One of my favorite things about chia seeds is that they can absorb around ten times their weight in water and form a gel that can be used in drinks, baked goods or in concoctions like overnight oats. They also make a great vegan egg substitute. For every egg called for in a recipe, whisk 1 tbsp chia seeds with 3-4 tablespoons of water until gel forms. I do this all the time since Chris hates eggs.
If you’re not into eating little gel balls, totally cool—you can throw dry chia seeds on top of salads, grain dishes, and pretty much anything else you think would benefit from a little crunch.
For more ideas for fun with chia seeds (sarcastic gameshow announcer voice implied), visit my Recipes page.
As a dietitian-in-training, I’m always encouraging people to consume whole grains over refined as often as possible. For those just getting started (and for those who’ve been on the wagon since birth), whole wheat bread is one of the easiest swaps to make. It seems like practically every week, there’s a new variety hitting the shelves.
Though the list of ingredients is a bit longer than I prefer, everything was pronounceable and recognizable. I was intrigued by the fact that it is baked in olive oil—I can’t say I detected any difference in taste, but it didn’t hurt at all. The nutrition stats weren’t bad either.
Each slice contains:
- 100 calories
- 1.5 grams fat
- 130 mg sodium
- 17 grams carbohydrate
- 3 grams fiber
- 4 grams sugar
- 5 grams protein
- 6% of your daily iron needs
When I mentioned that I bought salmon to make for dinner last night, it definitely had something to do with its high omega-3 content and the hope that foods known for their anti-inflammatory properties might bring some allergy relief.
Obviously, one piece of fish (which was delicious, by the way) isn’t going to cure my symptoms, but anti-inflammatory diets have long been recommended for the prevention and treatment of cancer, heart disease, acne, depression, arthritis and Chron’s disease as well as to promote anti-aging and weight loss. Being that allergies are basically an overreaction of the immune system, it made sense that it might help.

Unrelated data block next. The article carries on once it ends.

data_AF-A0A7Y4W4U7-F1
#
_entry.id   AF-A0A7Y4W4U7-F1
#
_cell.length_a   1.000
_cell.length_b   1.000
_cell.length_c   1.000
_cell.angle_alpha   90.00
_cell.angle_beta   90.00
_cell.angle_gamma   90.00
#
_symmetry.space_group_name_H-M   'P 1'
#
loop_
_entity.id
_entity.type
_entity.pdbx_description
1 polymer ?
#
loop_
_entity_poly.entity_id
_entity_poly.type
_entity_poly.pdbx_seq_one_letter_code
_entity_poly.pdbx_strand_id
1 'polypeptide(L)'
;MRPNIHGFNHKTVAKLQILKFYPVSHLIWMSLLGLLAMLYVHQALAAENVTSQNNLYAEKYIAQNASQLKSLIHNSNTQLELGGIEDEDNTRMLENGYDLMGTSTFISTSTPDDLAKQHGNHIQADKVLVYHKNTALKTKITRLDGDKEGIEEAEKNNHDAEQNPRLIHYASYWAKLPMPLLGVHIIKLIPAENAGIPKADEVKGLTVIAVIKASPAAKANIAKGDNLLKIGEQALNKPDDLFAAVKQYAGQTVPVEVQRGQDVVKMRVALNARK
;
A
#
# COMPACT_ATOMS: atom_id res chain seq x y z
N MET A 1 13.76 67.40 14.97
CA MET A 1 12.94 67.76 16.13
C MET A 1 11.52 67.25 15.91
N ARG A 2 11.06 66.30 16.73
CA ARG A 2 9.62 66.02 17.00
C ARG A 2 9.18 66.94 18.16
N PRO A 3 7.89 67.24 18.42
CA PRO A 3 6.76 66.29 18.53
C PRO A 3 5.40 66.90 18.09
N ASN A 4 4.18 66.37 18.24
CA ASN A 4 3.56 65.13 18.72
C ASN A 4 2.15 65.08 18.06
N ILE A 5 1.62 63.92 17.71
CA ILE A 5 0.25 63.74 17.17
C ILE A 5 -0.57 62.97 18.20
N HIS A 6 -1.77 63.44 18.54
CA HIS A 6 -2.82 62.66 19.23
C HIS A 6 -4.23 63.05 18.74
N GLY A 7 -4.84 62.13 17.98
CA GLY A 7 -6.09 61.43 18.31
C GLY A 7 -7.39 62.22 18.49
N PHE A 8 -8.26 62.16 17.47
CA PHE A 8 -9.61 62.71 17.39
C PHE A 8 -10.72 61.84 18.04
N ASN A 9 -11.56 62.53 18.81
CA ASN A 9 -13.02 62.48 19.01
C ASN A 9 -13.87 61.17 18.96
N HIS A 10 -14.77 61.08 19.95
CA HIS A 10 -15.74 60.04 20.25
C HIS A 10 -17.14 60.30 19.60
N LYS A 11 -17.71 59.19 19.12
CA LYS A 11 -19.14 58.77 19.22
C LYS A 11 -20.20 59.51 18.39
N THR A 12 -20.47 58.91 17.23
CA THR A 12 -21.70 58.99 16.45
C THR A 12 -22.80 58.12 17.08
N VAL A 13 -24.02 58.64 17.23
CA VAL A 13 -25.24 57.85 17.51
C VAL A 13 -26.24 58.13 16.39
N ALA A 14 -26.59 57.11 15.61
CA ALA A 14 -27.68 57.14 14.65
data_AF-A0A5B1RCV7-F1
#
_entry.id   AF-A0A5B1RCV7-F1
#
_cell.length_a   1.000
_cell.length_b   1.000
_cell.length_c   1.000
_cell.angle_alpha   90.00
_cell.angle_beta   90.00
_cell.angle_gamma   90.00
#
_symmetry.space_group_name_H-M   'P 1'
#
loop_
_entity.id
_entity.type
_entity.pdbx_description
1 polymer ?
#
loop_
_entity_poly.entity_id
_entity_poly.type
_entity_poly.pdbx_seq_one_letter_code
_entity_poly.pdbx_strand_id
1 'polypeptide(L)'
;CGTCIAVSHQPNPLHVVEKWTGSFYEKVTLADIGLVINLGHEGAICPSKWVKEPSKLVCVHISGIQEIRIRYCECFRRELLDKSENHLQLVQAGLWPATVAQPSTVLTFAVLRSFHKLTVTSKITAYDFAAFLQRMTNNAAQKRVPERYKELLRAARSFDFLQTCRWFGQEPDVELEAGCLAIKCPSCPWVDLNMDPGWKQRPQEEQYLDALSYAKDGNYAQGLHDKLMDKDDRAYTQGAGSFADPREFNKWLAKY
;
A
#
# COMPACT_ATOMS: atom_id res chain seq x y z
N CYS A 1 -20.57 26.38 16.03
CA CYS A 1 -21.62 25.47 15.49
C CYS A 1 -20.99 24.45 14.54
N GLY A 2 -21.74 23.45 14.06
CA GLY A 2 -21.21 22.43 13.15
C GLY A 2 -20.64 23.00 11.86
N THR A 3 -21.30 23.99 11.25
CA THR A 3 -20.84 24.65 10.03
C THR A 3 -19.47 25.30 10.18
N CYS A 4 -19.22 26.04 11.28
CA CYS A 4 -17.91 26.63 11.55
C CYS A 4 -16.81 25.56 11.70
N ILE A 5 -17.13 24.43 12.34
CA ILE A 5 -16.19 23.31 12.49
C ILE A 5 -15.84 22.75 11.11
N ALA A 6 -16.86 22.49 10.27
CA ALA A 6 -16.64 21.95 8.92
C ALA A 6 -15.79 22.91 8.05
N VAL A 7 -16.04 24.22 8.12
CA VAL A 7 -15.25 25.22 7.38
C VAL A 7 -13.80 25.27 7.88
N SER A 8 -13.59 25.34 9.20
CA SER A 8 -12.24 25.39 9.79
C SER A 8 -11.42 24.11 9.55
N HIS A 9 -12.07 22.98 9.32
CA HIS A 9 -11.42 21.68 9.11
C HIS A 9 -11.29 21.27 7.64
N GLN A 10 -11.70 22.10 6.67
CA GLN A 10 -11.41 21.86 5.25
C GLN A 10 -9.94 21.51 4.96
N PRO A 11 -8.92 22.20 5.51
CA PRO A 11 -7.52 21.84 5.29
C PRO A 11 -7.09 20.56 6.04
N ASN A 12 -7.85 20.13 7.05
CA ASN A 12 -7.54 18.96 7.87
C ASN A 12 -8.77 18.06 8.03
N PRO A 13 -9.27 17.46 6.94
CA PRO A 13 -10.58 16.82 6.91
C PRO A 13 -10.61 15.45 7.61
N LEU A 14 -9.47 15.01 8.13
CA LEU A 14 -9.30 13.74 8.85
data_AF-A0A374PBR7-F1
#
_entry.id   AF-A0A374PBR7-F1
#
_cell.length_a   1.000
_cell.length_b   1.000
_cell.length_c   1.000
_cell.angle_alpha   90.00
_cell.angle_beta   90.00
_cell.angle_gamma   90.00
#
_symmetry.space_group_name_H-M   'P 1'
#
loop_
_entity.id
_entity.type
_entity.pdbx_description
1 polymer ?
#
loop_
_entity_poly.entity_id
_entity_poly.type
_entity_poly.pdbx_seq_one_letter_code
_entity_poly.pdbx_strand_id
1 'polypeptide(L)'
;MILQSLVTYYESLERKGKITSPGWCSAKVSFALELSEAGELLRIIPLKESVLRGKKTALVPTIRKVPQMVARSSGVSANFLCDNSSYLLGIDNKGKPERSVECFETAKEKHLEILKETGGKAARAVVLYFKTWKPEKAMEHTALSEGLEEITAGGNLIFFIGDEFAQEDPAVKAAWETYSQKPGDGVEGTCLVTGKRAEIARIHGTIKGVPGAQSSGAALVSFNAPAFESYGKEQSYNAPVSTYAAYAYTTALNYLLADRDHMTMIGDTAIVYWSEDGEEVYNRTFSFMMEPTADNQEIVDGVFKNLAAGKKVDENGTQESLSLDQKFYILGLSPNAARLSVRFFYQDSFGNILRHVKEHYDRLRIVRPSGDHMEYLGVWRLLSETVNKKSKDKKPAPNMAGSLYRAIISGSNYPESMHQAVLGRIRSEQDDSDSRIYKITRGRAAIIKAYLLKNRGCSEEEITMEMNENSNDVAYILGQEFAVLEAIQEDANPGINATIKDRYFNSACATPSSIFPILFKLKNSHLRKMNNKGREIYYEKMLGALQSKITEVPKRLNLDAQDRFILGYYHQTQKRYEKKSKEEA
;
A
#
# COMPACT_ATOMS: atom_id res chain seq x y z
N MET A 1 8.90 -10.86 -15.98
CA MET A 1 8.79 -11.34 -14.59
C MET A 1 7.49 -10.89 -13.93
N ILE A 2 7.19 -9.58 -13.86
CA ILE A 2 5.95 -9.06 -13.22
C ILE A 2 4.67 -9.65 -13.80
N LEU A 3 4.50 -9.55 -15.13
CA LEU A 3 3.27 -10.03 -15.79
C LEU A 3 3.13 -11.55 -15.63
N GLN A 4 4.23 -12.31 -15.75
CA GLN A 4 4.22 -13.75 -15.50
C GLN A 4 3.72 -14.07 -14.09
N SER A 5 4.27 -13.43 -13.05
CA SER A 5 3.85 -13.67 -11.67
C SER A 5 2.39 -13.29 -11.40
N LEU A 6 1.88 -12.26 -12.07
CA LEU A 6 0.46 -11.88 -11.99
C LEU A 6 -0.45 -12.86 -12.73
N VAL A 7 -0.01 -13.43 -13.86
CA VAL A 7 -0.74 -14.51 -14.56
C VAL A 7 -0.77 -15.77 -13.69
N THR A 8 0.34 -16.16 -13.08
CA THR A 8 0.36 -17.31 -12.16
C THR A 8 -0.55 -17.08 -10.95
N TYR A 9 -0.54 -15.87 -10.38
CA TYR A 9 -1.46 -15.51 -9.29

An anti-inflammatory diet combines principles of typical Mediterranean and Asian diets, including such foods as berries, dark leafy greens and colorful vegetables as well as foods rich in omega-3 fatty acids such as salmon, sardines, anchovies, walnuts, flax, and soybeans. Olives, olive oil, almonds, pumpkin seeds, and and sesame seeds are also on the list, as are green tea, red wine, and dark chocolate. Seasonings like garlic, onion, ginger, rosemary, cumin, black pepper, and turmeric are also recommended.
Some foods on the no-fly list are high-fat meats, non-organic dairy, sugar, white flour, trans fats, corn syrup, and junk foods, which are believed to cause inflammation. No surprise there.
One thing I like about this style of eating is that it’s really simple to incorporate aspects of it into your daily life. It can be simple as adding a little tumeric to your omelet or tossing some berries and ground flax meal on top of oatmeal. You can serve up some salmon with dark leafy greens and baked sweet potatoes for dinner and use olive oil instead of butter in a lot of dishes. It’s not a fussy, expensive diet you have to buy special products for. It’s more of an easy-to-acheieve lifestyle balance, which I much prefer to an “eat these cookies and lose weight” kind of plan.
Obviously, following an anti-inlammatory diet isn’t a guarantee you’ll enjoy a disease-free life, but when combined with exercise, ample sleep, and abstinence from smoking and other harmful practices, I believe it can give you a good shot.
As for my allergies, I’m feeling a lot better today, though it probably has to do with a lower pollen count than a magic piece of salmon. Still, I think eating for health is important, and I never need to be told to enjoy a glass of red wine.
You can read more about the increasing popularity of this diet and view recipes here.